U.S. Department of State 2001 Trafficking in Persons Report - Burma
|Publisher||United States Department of State|
|Author||Office to Monitor and Combat Trafficking in Persons|
|Publication Date||12 July 2001|
|Cite as||United States Department of State, U.S. Department of State 2001 Trafficking in Persons Report - Burma, 12 July 2001, available at: http://www.refworld.org/docid/4680d77f2a.html [accessed 29 May 2015]|
|Disclaimer||This is not a UNHCR publication. UNHCR is not responsible for, nor does it necessarily endorse, its content. Any views expressed are solely those of the author or publisher and do not necessarily reflect those of UNHCR, the United Nations or its Member States.|
Burma (Tier 3)
Burma is a country of origin for trafficking of persons, primarily of women and girls, to Thailand and other countries as factory workers and household servants, and for sexual exploitation. There also is internal trafficking of women and girls from areas of extreme poverty to areas where prostitution is common. Men and boys reportedly are trafficked to other countries, primarily to Thailand, for sexual exploitation and for other purposes, but this appears to be a small percentage of the overall flow. In addition to Thailand, Burmese adults are trafficked to China, Taiwan, Malaysia, Singapore, and Japan. While most observers believe the number of victims is at least several thousand per year, there are no reliable statistics available on the total number of trafficked persons.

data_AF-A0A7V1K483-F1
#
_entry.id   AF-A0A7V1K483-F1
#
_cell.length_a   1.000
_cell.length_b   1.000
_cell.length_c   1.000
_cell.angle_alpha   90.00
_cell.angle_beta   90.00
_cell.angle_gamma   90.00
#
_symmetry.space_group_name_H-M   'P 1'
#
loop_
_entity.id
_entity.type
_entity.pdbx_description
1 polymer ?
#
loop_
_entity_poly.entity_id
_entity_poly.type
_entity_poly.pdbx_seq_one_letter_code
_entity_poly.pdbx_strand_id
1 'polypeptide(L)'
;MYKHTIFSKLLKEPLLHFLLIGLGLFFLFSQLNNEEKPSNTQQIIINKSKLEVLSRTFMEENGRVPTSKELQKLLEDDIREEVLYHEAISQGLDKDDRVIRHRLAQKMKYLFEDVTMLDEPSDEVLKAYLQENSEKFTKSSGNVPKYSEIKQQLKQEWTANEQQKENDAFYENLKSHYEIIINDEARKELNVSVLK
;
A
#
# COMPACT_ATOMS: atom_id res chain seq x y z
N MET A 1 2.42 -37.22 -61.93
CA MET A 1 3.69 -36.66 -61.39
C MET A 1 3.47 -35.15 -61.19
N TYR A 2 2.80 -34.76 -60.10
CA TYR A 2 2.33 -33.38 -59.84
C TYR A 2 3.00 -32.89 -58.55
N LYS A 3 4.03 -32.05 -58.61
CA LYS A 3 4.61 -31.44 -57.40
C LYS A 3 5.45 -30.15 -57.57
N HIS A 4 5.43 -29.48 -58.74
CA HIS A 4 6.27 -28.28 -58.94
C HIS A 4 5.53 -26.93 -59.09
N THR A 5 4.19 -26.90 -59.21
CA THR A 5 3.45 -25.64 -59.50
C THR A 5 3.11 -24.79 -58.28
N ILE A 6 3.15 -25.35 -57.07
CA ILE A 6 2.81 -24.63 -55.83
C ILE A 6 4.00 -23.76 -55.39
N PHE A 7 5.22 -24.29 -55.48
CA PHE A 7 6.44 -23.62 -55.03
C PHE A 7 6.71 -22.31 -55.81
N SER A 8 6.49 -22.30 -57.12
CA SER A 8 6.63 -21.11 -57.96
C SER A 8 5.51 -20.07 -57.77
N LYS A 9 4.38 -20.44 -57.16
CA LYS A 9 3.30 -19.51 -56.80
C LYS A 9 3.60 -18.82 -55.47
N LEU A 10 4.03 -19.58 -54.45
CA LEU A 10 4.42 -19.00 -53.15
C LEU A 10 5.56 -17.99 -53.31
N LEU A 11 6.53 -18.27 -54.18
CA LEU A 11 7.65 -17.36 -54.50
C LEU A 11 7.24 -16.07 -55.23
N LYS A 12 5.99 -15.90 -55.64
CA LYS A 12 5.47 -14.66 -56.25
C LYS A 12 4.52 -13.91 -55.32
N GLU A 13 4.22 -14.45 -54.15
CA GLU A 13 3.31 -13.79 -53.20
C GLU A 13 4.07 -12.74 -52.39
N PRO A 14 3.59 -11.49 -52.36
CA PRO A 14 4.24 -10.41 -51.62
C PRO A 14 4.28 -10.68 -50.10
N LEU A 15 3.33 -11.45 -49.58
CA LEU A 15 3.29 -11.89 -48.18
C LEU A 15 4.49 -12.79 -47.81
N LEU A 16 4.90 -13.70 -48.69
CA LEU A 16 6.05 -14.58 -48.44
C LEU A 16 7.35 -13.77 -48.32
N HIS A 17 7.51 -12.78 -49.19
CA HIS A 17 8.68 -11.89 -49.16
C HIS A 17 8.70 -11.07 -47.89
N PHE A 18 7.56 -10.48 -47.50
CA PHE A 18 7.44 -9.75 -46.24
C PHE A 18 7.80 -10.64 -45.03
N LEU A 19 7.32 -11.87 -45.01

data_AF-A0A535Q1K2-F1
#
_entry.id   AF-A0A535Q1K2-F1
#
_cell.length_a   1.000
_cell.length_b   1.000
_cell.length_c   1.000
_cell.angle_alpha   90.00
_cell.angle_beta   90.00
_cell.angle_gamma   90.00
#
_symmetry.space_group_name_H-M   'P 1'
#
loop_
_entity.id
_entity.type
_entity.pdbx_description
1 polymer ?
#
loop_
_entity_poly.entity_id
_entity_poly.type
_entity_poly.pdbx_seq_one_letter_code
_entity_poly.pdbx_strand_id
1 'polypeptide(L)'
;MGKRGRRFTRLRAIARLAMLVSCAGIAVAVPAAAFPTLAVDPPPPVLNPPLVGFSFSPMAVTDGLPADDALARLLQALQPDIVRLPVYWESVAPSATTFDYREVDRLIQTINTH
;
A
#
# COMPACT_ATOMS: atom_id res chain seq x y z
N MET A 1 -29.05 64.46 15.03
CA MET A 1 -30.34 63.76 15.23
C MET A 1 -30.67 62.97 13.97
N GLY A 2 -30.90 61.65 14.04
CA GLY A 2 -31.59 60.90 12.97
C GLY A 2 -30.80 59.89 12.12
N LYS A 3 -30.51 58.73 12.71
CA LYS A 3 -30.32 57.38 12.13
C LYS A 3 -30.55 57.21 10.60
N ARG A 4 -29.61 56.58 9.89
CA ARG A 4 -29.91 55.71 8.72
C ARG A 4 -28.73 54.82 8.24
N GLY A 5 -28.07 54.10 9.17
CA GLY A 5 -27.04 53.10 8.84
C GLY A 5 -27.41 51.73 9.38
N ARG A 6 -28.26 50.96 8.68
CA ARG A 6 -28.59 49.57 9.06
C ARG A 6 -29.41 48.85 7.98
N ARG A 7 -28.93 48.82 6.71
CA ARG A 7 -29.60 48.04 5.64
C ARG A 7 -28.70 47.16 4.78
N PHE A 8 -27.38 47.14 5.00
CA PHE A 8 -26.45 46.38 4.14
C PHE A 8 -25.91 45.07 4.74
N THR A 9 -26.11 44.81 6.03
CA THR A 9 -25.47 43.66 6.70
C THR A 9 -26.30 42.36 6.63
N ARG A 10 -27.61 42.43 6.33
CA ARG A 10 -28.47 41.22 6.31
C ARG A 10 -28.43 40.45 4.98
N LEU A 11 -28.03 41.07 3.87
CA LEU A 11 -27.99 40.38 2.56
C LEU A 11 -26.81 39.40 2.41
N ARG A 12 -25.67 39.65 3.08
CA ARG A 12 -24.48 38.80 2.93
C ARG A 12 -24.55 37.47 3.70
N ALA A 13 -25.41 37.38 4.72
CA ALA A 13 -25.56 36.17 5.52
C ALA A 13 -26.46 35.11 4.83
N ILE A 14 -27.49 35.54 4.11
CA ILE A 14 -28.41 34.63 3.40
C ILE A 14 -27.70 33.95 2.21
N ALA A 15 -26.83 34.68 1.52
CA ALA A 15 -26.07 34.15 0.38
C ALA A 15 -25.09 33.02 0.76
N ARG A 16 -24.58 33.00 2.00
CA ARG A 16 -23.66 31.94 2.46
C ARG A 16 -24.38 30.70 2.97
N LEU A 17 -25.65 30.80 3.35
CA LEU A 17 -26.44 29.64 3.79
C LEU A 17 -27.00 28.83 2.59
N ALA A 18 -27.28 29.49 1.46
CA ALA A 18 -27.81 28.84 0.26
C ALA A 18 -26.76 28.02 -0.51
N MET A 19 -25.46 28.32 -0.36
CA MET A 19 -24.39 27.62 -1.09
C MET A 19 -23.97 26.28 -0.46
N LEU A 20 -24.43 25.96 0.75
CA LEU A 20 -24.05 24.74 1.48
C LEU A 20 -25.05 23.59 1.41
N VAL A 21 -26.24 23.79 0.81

The Government does not meet the minimum standards, and has not yet made significant efforts to combat the worsening problem of trafficking in persons. The Government, while recently acknowledging that the problem of international trafficking exists, has not publicly acknowledged the magnitude of the problem. Corruption among local government officials is widespread and reportedly includes complicity in the trafficking of persons. The Government for years has systematically used forced labor for the development of infrastructure and state-run agricultural and commercial ventures, for forced portering to move military equipment and supplies throughout the country, and for mine clearing activities. The Government has not committed sufficient resources or demonstrated the political will to combat trafficking. Moreover, it has not collected meaningful data on the incidence of trafficking, made any serious effort to arrest or prosecute traffickers, or facilitated the repatriation of trafficking victims. There are no anti-trafficking laws. The Government does not work with international NGO's or neighboring governments to address the problem.